HERE I go again, fussing about a Greek translation. At Pentecost, too — when we are celebrating the Holy Spirit breaking down language barriers. But translating is a tough job. No translation conveys its original perfectly. Language concepts rarely overlap completely across the obstacles of time and space. We go on needing the Holy Spirit to enable us to communicate.
Despite that first Pentecost, then, languages can still be barriers. The divisions of Babel are the fallout of the Fall. Without translators, we would have to learn Hebrew and Greek to read the Bible. Our holy writings are open to all, because the Spirit, who inspired the writers inspires translators, too. And the Spirit and the translators alike inspire us. Instead of the letting the Bible be an obstacle, they make it an invitation. So, spare a moment to say “Thanks be” for translators this Pentecost.
I still want to say something, though, about the NRSV translation of John 7.38. It is not wrong, but it does remind us of the barriers of word and thought which we all need help — from preachers, writers, fellow-Christians, even the Church Times — to break down, allowing scripture to speak afresh to every generation. In that verse, we read that rivers of living water will flow out of the believer’s “heart”. But koilia does not simply mean “heart”. A more natural translation would be “womb”. In John 3.4, for example, koilia is the word that Nicodemus uses when he speaks to Jesus about being born anew from his mother’s womb.
Whenever I feel that my love of language may be distracting from the gospel message, through the tempting intrusions of linguistic questions, I try to keep in mind an observation of Augustine’s, to bring me back to what matters. “People whose nature is good”, he says, “love the truth in words, not the words themselves” (Teaching Christianity 4.72). He was a man who loved words. But he loved the Lord more.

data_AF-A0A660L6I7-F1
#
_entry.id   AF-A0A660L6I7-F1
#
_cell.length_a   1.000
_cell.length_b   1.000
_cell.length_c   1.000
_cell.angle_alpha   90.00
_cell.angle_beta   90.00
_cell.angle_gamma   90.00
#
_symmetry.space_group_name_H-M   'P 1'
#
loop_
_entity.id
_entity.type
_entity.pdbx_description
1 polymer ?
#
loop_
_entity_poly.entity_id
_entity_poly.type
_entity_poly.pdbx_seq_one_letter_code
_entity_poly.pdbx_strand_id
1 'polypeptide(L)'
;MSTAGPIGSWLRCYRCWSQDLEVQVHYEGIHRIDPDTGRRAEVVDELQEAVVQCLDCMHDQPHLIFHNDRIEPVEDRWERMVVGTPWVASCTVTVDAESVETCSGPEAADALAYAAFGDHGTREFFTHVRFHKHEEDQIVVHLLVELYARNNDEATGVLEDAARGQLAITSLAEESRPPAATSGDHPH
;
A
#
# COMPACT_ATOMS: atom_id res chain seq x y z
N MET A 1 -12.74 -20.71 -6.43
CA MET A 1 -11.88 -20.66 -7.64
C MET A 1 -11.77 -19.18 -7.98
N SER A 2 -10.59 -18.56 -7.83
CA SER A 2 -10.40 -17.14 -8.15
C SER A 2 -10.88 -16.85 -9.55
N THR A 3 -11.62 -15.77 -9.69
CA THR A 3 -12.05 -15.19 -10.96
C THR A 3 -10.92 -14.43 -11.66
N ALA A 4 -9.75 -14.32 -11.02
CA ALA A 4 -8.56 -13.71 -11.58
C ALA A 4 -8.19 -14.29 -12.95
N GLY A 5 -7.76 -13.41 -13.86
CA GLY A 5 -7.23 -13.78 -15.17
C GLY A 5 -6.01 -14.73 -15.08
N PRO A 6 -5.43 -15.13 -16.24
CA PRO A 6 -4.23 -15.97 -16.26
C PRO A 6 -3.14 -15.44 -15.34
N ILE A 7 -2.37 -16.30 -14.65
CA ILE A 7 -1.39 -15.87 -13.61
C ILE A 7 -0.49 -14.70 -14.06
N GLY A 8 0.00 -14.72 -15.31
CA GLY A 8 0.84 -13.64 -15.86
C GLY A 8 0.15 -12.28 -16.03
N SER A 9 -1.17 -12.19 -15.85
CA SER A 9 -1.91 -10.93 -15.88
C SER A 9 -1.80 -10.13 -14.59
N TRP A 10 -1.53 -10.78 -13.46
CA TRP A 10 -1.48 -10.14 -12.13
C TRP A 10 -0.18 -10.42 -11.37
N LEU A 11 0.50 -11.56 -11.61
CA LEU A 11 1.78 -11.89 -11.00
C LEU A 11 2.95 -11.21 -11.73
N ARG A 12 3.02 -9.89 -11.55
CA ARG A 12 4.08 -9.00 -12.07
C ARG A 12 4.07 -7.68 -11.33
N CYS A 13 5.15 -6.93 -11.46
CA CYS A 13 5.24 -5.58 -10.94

What is the truth in these words, then? It is not as simple as choosing between one bit of anatomy and another. Koilia begins as a word for a hollow or cavity, particularly for hollows within the human body. The ancient medical writer Galen refers to the upper koilia (from neck to waist) and the lower koilia (from waist to groin). That shifts the focus from “hollow” or “cavity” to “container”. Now I am reminded of George Orwell’s depressing remark (in The Road to Wigan Pier) that a human being “is primarily a bag for putting food into”.
In a natural shift of language over time, this “bag” came to refer also to its contents. Thus, koilia can refer to organs in the body — to intestines, lungs, heart, liver, and the like. “Innards” has not the emotive power of the word “heart”. It sounds unappealingly squelchy. This was probably why the translators felt that “heart” was a better option. But Matthew 15.11 holds me back from agreeing with them. There, Jesus uses two terms in strong contrast to refer to internal organs, saying, “Whatever goes into the mouth enters the stomach (koilia), and goes out into the sewer; but what comes out of the mouth proceeds from the heart (kardia), and this is what defiles.”
I love words. But I love the truth in words more. So I need to discern what is the truth in the words of Jesus. When he refers to “the believer”, he means us. When he speaks of “rivers of living water”, we have to ask what they are, and where they come from. The answer drops into my mind like a mechanism locking into place. Forget hearts, stomachs, chests, and wombs. Turn to that deepest meaning of koilia. It is a hollow. A cavity. A space.
Without a koilia, we are full only of ourselves. There is no room in us for the love of God. This hollow is the place within us which stands open and ready to receive the Spirit of God. Only when we are filled with all the fullness of God (Ephesians 3.19) can those living waters flow from us to water a thirsty, gasping world (Psalm 143.6).
I believe with all my heart, stomach, womb, innards, and koilia that, without the Holy Spirit filling that hollow within me, I am an empty shell. Or just a bag, for putting food into. And rather an old bag at that.